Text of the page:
2018 will see the first same-sex marriages take place in
Australia, which will also mark the start of same-sex spousal applications to
be lodged to the Immigration Department for Australian residency.
Under the changes, married same-sex couples will be eligible
for spousal visas. Previously they’d had to claim de-facto partnership status
and had to prove they were in long-term relationships.
This meant they had to submit extensive evidence showing that they’d lived
together and were in a committed relationship. The new Marriage Equality Law means easier access to visa options for loving, committed couples.
Australia says yes to same-sex
It was in November 2017 that 61.6% of Australian people who
responded to a postal vote said ‘yes’ to same-sex marriage. Almost 13 million
people cast a vote.
At the time of the result, Prime Minister Malcolm Turnbull
said ‘It was a vote for commitment, fairness and love’ and that it demonstrated
that ‘Australia was a nation acknowledging fairness and respect’. It was, as Mr Turnbull emphasised, a vote
which was ‘unequivocal and overwhelming’.
Applying as a spouse rather than a
The legal acceptance of same-sex marriage means you can
apply for a visa as your partner’s spouse rather than a de-facto partner.
These changes apply to Partner visas (subclasses 100, 309, 801 and 820).
You can now also apply for the Prospective Marriage visa (subclass 300) on the basis of a same-sex relationship if you have a genuine intention to marry your spouse in Australia.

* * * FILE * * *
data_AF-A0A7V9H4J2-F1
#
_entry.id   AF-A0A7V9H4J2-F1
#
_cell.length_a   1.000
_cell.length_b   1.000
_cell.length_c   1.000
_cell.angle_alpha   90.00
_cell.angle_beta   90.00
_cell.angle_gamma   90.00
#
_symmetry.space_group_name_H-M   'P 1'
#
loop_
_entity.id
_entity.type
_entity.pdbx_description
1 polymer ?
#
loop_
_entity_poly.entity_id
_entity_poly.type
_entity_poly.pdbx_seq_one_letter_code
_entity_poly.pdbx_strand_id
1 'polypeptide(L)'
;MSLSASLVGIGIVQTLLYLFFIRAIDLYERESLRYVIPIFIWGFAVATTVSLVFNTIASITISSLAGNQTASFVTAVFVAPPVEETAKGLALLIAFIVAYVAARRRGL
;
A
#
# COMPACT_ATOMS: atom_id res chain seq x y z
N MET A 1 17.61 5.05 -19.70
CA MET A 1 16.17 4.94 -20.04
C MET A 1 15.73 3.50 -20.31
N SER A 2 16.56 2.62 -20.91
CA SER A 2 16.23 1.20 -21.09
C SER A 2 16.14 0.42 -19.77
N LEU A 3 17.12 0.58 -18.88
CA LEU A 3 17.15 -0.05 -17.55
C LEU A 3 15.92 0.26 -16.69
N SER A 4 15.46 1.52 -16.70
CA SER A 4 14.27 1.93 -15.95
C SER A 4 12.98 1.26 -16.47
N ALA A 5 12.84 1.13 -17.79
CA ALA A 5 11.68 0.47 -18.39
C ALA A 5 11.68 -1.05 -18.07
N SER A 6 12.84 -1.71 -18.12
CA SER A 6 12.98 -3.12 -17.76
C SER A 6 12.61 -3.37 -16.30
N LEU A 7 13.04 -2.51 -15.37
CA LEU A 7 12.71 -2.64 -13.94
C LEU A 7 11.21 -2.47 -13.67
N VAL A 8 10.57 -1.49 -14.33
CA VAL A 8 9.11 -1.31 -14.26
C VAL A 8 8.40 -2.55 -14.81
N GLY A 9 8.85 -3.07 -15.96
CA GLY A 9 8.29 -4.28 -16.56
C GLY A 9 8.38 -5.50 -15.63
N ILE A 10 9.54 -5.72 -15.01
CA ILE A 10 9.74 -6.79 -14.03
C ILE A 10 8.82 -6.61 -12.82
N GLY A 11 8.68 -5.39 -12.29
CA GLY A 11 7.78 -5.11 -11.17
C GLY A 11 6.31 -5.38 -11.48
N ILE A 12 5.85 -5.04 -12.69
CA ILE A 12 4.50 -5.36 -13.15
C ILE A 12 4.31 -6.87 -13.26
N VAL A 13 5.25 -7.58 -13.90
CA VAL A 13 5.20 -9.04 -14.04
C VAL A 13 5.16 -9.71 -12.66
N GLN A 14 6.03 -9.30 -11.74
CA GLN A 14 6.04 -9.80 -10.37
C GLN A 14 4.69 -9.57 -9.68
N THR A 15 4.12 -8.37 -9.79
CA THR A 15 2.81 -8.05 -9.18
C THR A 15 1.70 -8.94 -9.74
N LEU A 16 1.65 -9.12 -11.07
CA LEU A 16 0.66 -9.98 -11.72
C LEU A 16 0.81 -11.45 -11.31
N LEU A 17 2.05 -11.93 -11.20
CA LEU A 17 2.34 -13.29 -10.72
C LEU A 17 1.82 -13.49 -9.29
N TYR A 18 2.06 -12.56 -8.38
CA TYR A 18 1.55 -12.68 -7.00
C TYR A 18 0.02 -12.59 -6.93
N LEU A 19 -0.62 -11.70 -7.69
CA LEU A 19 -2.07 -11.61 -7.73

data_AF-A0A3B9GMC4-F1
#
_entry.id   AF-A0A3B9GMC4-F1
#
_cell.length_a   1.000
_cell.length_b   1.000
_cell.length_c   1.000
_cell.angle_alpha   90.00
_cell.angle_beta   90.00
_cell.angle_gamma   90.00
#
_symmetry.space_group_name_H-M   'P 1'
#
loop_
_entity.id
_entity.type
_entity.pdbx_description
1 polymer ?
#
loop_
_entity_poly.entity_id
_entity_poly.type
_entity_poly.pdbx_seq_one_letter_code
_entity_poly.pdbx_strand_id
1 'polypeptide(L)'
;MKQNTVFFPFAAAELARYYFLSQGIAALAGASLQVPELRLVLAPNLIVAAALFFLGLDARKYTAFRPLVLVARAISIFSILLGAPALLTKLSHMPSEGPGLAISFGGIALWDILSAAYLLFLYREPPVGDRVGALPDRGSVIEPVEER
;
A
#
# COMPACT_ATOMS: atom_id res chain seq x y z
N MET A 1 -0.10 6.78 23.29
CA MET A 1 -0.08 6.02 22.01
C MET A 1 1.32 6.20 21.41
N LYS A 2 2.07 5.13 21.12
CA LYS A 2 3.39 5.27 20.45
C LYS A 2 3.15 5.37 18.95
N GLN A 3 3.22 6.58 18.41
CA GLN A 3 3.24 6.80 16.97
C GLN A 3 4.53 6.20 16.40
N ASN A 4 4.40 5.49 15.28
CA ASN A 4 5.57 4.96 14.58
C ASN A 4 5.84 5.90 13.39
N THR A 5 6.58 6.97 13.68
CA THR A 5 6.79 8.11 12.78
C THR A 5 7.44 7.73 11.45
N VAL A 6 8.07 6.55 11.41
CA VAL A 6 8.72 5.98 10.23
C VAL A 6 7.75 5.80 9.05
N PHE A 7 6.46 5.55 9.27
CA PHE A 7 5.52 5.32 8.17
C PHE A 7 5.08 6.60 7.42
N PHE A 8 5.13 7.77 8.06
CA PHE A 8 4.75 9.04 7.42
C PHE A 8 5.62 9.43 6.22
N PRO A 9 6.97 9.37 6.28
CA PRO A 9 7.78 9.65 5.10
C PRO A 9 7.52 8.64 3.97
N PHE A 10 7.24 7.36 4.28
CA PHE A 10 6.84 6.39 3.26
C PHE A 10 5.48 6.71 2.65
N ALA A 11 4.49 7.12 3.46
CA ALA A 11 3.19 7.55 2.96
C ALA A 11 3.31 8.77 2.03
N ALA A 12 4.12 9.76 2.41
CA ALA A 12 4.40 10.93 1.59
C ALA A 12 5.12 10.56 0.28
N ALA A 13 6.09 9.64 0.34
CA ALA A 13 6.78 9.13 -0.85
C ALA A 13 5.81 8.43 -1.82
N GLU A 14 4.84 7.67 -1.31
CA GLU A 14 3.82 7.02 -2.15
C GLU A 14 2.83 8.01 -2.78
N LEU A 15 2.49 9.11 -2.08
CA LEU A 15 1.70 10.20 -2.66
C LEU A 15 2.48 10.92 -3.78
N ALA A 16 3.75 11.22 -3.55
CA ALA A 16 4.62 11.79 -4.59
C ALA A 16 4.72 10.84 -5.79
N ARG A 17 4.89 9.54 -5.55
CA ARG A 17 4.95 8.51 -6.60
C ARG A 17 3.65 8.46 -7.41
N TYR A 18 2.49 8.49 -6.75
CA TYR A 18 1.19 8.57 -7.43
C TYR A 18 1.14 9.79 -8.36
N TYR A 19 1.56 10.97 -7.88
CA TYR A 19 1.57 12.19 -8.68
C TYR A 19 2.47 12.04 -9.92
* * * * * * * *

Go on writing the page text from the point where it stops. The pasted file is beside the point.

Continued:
This Prospective Marriage visa allows you to travel to Australia and marry your same-sex partner within nine months of arrival in this country before applying onshore for a partner visa.
It also means that with certain other visas, you can include your married, same-sex spouse on your application, for example, on a student or work visa.
How a marriage certificate will help
Proving that a de-facto relationship existed within couples
of the same-sex had proved in the past to be time consuming and expensive. Many
couples claimed it was a stressful process.
Some even argued that for people in lesbian or gay relationship they
had to show more extensively than a heterosexual couple, that their relationship
was genuine. Same-sex couples claimed they were put at a significant disadvantage as there was
no legal acceptance of their status.
Now same-sex partners can prove their commitment with a marriage certificate. It's highly anticipated that the move will encourage more applications.
Overseas marriages will also be recognised under Australian migration
law, as long as they are recognised in the country where they took place.
Here at Visa Solutions Australia, we recognise that people are in a variety of different relationship. Marrage equality opens up new options for same-sex couples wanting to migrate. If you'd like further advice and information, pick up the phone and speak to one of our experts for a no-obligation chat today.